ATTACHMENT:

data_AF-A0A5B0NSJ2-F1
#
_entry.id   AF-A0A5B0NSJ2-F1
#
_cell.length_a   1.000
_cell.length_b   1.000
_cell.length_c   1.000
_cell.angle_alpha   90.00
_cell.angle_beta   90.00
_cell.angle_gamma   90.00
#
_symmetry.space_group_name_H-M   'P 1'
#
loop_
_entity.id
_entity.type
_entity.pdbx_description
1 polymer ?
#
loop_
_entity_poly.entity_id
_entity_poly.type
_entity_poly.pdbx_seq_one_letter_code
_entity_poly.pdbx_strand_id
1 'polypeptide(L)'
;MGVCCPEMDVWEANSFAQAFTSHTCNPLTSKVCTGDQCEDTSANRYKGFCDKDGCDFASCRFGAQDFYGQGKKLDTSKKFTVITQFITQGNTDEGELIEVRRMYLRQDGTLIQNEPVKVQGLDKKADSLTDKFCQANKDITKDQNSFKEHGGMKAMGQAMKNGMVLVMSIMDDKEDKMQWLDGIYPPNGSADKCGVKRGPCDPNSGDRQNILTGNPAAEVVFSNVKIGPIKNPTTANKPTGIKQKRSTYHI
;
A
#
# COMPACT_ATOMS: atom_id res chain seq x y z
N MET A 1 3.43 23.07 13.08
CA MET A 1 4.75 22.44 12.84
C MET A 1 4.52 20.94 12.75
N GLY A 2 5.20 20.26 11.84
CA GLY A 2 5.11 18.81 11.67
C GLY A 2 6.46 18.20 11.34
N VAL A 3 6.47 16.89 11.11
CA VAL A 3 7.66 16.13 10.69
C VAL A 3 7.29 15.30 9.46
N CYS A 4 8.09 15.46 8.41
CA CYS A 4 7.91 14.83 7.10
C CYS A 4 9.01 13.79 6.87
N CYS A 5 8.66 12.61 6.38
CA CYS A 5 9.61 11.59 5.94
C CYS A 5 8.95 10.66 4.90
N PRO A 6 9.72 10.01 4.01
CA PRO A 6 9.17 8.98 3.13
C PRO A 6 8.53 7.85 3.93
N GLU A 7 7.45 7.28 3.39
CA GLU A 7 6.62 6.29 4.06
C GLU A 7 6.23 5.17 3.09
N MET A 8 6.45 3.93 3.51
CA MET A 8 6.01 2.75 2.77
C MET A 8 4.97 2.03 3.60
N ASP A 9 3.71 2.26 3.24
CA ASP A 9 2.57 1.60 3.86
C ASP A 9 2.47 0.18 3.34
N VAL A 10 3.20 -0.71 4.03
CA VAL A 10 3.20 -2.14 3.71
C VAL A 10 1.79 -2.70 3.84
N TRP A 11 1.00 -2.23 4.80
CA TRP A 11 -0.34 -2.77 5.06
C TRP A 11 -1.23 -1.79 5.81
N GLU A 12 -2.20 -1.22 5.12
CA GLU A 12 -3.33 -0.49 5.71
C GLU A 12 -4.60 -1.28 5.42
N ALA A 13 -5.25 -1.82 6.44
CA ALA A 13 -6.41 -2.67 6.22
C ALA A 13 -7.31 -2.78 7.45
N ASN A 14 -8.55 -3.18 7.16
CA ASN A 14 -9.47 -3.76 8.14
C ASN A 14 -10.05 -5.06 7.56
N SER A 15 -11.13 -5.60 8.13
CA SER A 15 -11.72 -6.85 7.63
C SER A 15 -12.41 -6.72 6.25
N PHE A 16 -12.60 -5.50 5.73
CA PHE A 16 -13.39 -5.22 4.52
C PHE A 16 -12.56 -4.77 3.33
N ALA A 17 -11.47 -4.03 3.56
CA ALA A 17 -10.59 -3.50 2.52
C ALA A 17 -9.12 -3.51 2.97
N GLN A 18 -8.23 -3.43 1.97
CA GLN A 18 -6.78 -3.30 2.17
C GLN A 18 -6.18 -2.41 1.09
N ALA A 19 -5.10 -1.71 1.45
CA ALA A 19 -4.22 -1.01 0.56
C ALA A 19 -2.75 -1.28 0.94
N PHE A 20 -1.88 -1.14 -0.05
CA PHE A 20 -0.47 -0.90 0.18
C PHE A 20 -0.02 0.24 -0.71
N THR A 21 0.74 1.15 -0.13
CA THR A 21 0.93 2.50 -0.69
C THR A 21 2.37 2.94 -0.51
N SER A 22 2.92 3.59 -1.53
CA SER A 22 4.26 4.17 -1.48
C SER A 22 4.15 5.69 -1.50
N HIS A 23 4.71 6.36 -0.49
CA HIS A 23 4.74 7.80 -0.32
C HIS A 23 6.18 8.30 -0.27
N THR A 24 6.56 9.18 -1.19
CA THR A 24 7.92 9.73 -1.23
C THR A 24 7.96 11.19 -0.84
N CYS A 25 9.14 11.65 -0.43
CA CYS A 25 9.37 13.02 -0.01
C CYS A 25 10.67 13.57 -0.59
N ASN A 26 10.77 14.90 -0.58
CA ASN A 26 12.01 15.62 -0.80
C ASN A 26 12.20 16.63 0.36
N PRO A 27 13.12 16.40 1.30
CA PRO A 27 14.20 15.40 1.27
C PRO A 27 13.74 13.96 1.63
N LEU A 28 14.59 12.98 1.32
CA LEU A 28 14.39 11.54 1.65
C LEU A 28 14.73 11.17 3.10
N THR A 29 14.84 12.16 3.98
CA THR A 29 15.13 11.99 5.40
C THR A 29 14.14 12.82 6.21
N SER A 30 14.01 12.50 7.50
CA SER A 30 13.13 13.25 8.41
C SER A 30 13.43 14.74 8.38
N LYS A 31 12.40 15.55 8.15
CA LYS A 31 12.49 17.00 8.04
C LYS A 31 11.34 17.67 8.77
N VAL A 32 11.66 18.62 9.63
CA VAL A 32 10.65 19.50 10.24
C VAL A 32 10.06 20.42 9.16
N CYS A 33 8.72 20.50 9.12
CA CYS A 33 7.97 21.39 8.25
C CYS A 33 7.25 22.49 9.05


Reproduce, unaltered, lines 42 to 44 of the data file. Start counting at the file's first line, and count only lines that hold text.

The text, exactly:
C CYS A 4 9.01 13.79 6.87
N CYS A 5 8.66 12.61 6.38
CA CYS A 5 9.61 11.59 5.94